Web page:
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America could be Al Jazeera’s final frontier

Al Jazeera launched an US-only channel after failing to penetrate the market with its existing English-language offering. Flickr/Paul Keller

America could be Al Jazeera’s final frontier

From its humble beginnings in the tiny middle eastern state of Qatar, Al Jazeera has been a genuine trailblazer, and can be partially credited with kickstarting a news and media revolution in the Arab world.

But the network’s attempts to expand to the US market have not been without difficulties. Opposition to Al Jazeera during wars in Iraq and Afghanistan came from the highest levels of government, and now Al Jazeera America must contend with a reputation that formed in the minds of many during those heated post-9/11 years.

Launched in 1996 from a ramshackle compound in the sleepy capital of Doha with then-Emir Hamad bin Khalifa Al Thani as a wealthy benefactor, the channel rapidly expanded its satellite footprint to most of the Middle East and established itself as a major voice in the Arab world.

The launch of Al Jazeera English (AJE) in 2006 marked its first non-Arabic news venture, and AJE was joined in 2011 by the lesser-known Al Jazeera Balkans. This year, Al Jazeera announced plans for UK and French channels (in addition to Al Jazeera Turk). (There has also been some media speculation that Al Jazeera is considering an Australian sports channel.)

But its most anticipated franchise has been Al Jazeera America (AJAM).

Al Jazeera had previously worked hard to crack the US market, but with little success. After years of private and public lobbying (including a prominent “Demand Al Jazeera” campaign in the wake of the Egyptian Revolution of 2011), and in the face of strident ideological and political opposition, AJE managed only a few small pockets of cable carriage across the USA.

Then in January this year, Al Jazeera dropped a bombshell: it had purchased Al Gore’s Current TV channel for a reported $US500 million, instantly gaining access to an estimated 50-60 million homes.

Within hours of the announcement of the Al Jazeera deal, Time Warner Cable (reaching around 10 million homes) removed Current from its line-up, denying the charge that its decision was politically motivated.

(After evaluating “whether it makes sense” to carry AJAM, Time Warner last week decided to re-add the channel.)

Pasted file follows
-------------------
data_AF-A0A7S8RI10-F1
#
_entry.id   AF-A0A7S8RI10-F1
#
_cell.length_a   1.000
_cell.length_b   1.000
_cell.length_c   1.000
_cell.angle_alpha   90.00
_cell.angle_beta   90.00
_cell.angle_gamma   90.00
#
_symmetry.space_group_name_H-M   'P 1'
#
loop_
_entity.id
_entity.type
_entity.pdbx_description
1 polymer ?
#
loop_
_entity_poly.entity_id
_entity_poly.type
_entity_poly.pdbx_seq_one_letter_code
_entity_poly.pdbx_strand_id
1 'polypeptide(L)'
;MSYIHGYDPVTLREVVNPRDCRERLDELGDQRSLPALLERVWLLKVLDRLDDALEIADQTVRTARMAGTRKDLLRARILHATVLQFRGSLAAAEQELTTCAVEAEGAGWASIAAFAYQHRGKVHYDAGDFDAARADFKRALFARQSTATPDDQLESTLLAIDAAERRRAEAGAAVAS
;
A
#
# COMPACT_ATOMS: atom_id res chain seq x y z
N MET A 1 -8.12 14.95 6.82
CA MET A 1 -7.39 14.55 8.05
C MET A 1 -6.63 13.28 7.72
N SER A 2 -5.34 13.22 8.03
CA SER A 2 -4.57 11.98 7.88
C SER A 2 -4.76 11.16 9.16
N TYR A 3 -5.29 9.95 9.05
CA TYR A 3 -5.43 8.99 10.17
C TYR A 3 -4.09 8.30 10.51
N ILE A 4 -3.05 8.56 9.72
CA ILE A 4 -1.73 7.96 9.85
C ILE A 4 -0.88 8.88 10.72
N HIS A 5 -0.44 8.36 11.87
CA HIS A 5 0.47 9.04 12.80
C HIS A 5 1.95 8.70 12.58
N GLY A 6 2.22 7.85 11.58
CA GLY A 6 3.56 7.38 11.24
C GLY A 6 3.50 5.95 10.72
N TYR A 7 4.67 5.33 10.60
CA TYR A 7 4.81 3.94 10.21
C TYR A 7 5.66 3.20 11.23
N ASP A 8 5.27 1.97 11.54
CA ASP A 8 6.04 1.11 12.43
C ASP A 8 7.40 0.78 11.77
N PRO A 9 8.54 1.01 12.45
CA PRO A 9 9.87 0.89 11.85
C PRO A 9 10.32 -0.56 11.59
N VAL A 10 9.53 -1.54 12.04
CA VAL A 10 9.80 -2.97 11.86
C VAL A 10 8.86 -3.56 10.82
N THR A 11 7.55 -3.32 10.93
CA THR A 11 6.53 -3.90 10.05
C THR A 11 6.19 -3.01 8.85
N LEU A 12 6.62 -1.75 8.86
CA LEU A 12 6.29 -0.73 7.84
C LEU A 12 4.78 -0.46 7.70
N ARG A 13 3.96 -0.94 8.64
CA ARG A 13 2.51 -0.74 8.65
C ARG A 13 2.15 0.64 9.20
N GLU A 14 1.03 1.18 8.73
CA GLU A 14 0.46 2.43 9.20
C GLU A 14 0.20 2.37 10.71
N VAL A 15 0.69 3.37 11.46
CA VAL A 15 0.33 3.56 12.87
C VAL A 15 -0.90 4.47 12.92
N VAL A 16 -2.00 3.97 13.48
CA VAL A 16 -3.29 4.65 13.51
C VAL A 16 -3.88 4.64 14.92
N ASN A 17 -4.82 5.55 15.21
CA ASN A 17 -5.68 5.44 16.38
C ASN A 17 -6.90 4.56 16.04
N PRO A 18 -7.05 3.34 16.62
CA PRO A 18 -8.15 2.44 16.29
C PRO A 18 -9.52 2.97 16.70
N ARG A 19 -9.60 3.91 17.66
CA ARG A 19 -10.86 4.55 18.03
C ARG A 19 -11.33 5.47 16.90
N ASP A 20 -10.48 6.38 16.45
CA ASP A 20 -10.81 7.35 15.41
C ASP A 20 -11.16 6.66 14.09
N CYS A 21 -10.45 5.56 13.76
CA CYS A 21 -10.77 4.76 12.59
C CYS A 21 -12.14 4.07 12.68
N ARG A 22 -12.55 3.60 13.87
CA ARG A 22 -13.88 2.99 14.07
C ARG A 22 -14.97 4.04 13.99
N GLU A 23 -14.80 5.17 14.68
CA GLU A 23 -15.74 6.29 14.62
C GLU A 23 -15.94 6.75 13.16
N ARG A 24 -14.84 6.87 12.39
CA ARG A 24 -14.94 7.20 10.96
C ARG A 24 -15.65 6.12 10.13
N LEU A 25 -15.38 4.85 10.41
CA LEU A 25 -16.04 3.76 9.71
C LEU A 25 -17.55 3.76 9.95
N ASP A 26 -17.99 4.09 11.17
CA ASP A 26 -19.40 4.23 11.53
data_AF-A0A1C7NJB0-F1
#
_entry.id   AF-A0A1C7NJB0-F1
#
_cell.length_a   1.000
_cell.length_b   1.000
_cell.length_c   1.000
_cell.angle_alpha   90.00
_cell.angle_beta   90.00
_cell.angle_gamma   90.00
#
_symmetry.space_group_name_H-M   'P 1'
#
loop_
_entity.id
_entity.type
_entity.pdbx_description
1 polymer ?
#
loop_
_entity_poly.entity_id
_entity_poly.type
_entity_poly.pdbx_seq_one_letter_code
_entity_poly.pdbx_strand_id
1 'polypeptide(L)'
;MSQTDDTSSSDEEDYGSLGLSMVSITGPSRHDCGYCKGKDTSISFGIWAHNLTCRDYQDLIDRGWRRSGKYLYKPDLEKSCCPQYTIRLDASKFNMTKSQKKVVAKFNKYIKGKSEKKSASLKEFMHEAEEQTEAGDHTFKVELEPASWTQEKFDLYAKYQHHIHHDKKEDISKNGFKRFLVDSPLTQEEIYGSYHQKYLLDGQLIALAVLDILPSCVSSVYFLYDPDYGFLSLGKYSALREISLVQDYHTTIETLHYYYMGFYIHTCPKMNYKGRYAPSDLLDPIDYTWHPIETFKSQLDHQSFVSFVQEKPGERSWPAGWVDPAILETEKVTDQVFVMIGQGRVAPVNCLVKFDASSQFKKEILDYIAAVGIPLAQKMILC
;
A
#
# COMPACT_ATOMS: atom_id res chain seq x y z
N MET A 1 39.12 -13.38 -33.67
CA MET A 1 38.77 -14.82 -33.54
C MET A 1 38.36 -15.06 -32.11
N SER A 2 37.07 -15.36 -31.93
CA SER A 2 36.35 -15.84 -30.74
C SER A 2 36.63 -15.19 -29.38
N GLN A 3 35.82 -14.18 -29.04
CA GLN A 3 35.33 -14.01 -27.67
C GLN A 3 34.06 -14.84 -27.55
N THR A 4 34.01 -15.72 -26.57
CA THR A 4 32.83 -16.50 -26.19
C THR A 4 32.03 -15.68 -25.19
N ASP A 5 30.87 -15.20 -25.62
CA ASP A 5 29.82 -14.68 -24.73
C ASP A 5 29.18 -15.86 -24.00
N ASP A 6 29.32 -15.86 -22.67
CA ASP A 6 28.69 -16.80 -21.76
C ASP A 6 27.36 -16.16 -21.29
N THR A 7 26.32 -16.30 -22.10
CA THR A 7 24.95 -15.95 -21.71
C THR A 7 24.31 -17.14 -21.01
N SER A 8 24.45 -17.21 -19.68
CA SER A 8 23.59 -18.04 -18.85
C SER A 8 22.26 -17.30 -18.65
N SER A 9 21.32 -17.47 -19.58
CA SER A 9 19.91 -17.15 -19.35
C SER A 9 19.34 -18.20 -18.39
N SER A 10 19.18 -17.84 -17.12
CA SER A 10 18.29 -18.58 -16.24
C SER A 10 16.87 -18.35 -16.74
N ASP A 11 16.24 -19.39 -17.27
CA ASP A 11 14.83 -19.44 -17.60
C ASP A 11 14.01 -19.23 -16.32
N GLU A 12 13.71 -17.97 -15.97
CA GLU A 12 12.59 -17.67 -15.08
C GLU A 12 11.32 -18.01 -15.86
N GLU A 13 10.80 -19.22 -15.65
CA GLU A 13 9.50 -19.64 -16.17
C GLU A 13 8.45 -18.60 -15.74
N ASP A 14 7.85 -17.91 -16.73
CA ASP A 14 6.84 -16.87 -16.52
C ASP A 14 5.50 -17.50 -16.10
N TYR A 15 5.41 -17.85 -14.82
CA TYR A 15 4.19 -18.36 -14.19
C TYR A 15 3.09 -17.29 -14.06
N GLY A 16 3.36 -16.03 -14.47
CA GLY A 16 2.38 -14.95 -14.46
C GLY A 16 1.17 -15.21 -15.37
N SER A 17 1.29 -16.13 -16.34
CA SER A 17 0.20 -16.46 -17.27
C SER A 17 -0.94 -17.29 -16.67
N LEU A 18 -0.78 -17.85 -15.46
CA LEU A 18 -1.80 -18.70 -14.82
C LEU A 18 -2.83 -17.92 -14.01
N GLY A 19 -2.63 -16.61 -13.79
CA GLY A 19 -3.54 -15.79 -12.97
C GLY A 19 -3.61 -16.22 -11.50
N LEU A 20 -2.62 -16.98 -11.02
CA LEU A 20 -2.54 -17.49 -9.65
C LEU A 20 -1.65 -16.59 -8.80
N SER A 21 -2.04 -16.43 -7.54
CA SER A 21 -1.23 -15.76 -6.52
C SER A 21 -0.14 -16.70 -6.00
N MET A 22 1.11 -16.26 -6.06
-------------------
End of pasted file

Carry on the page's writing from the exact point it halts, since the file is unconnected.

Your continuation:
Not so welcome after all: protestors in Golden, Colorado protest the arrival of an Al Jazeera news crew. Flickr/Andrew J Ferguson

Americans were quick to parody their latest news channel on Twitter with the hashtag #AlJazeeraAmericaTVShows eliciting suggestions like “Sharia Law & Order”, “I Dream of Jihad”, “How I Met Your Camel”, and “Arresting Development”.

Al Jazeera America took shape with amazing speed – the Current TV deal was announced in January and AJAM went to air only seven months later.

In that time, dozens of AJE staff flown in from Doha, along with local executives, built a newsroom/studio in New York City, opened multiple new bureaus around the country, recruited hundreds of staff (from many thousands of applications), and fleshed out a 24-hour broadcast schedule of news bulletins and special programs.

Throughout this process there was public discussion and fierce internal debate over many editorial issues, but one in particular: how American should the American arm of Al Jazeera be?

Marwan Bishara, host of AJE’s Empire and the channel’s senior political analyst, emailed network leadership in July, expressing concern about attempts to build a “firewall” between the new channel and its sisters in Doha. This email along with other reporting at the time suggested that AJAM was engaged in a delicate balancing act between embracing the Al Jazeera legacy and distancing itself to counter lingering sentiments about the network’s “anti-Americanism”.

Couldn’t be more American: an Al Jazeera reporter gets ready to broadcast from the Buffalo Rose Saloon. Flickr/Andrew J Ferguson

After several delays to the ambitious launch date, AJAM went to air on August 20. In reviewing the new channel’s first hours, Mary McNamara in the Los Angeles Times declared that AJAM had “chutzpah” for opening with a swipe at US news culture before setting out its mission as an attempt to “out-America everyone”.

At a stylistic level, she also mentioned AJAM’s “muted color scheme, unexciting camera work and sophomoric graphics” in contrast to established US cable news outlets with their audiovisual gimmicks and outsize production. In some ways these design elements which seek to foreground content over production, borrowed as they are from AJE, may be more central to the channel’s success or failure than editorial considerations.

Only two months after launch it’s impossible to draw any conclusions about AJAM’s prospects.

Launch ratings were so low that in some cases they failed to meet the metrics’ “accuracy threshold” – but any new channel, even one without AJAM’s Islamic-sounding moniker, is going to struggle to gain viewers. Especially so in an increasingly fragmented media market and when new cable channels are assigned numbers at the wrong end of the dial where chance discovery is unlikely.

The original Al Jazeera channel has been phenomenally successful in the Middle East, and AJE has built on that success around the world. Al Jazeera America is the network’s attempt to crack the last major withholding Western market, and it may turn out to be the toughest challenge it has taken on.

18 days: Al Jazeera English and the Egyptian Revolution by Scott Bridges is out through Editia on November 30th.